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Anti Christian Christmas book

If you are atheist or just not believing in Jesus is the reason for the Eason you may like this book. It takes apart and dis values Christmas.

1 of 6 people found this review helpful

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  • Farniboy
  • 12-10-14

An American Christmas...

Where does Tinsel rank among all the audiobooks you’ve listened to so far?

I really enjoyed it. I wanted something to listen to that was about Christmas and took the plunge. It was definitely up there with the greats. Its a slice of an American Christmas, following a few characters across three years. Luckily for the author the first year of his project was 2006 when everyone thought the good times were here to stay. The following years briefly catch up on the residents of Frisco as the effects of the Credit Crunch are beginning to tell.

Who was your favorite character and why?

Jeff Trykowski the Christmas light's wizard. Because this is an audiobook there are obviously no photographs so I entered Jeff's name in Youtube and...wow! They are stunning!

Have you listened to any of Ray Porter’s other performances? How does this one compare?

Ray Porter is fast becoming my favourite narrator. I've just finished listening to his reading of They Thirst. This is a factual book but he still imbues the participants with a great selection of easily recognisable voices. I'm going to start looking at his back catalogue.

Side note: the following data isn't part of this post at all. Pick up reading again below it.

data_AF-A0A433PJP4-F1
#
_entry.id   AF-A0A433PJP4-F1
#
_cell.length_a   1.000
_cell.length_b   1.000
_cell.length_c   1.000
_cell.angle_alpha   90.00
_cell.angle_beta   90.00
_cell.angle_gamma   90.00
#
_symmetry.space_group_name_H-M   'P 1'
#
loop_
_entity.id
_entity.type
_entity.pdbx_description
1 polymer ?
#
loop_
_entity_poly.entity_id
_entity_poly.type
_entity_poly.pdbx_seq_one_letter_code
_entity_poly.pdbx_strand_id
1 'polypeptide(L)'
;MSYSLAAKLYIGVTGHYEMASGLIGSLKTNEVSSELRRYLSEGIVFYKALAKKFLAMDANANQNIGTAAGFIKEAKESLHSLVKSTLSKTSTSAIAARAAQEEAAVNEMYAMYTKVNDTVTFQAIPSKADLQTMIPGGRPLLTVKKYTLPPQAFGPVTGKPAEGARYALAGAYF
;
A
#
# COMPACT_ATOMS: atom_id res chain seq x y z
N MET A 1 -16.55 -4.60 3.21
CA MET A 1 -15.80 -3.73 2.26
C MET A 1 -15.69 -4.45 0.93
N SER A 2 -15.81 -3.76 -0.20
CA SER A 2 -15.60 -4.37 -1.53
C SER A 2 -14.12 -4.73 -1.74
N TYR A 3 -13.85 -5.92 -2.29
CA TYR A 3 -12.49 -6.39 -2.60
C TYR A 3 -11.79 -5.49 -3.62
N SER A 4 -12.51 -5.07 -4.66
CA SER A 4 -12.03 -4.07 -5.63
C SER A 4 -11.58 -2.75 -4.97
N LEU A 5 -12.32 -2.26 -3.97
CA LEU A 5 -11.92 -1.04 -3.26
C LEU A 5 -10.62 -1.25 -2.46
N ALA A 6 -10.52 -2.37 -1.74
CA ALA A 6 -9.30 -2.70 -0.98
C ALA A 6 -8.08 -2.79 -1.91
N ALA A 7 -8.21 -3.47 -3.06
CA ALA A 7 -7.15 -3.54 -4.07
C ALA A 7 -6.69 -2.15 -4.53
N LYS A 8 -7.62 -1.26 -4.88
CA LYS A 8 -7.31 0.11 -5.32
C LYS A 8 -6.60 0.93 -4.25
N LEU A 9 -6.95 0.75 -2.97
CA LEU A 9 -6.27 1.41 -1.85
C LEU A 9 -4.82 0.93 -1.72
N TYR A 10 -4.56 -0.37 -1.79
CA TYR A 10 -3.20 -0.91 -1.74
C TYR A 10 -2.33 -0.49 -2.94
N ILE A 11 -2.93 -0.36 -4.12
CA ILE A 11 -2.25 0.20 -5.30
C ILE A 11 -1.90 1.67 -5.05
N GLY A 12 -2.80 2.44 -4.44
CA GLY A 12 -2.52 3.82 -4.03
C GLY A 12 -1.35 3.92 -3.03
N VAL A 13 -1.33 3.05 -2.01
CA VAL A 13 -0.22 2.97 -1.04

Did you have an emotional reaction to this book? Did it make you laugh or cry?

I love Christmas, as most of the people in this book do, so it definitely gave me a glow. There are sad bits and funny bits.

Any additional comments?

A prescient look at how Christmas is celebrated in a boom town in Texas. It touches on the history of Christmas in America, the economics of the festive period and the religious side too, through a cast of mainly sympathetic characters. It exposes the commercial side of the festive season mercilessly, but boils everything down to the important things. A nice easy listen. I'd really recommend it for your December credit.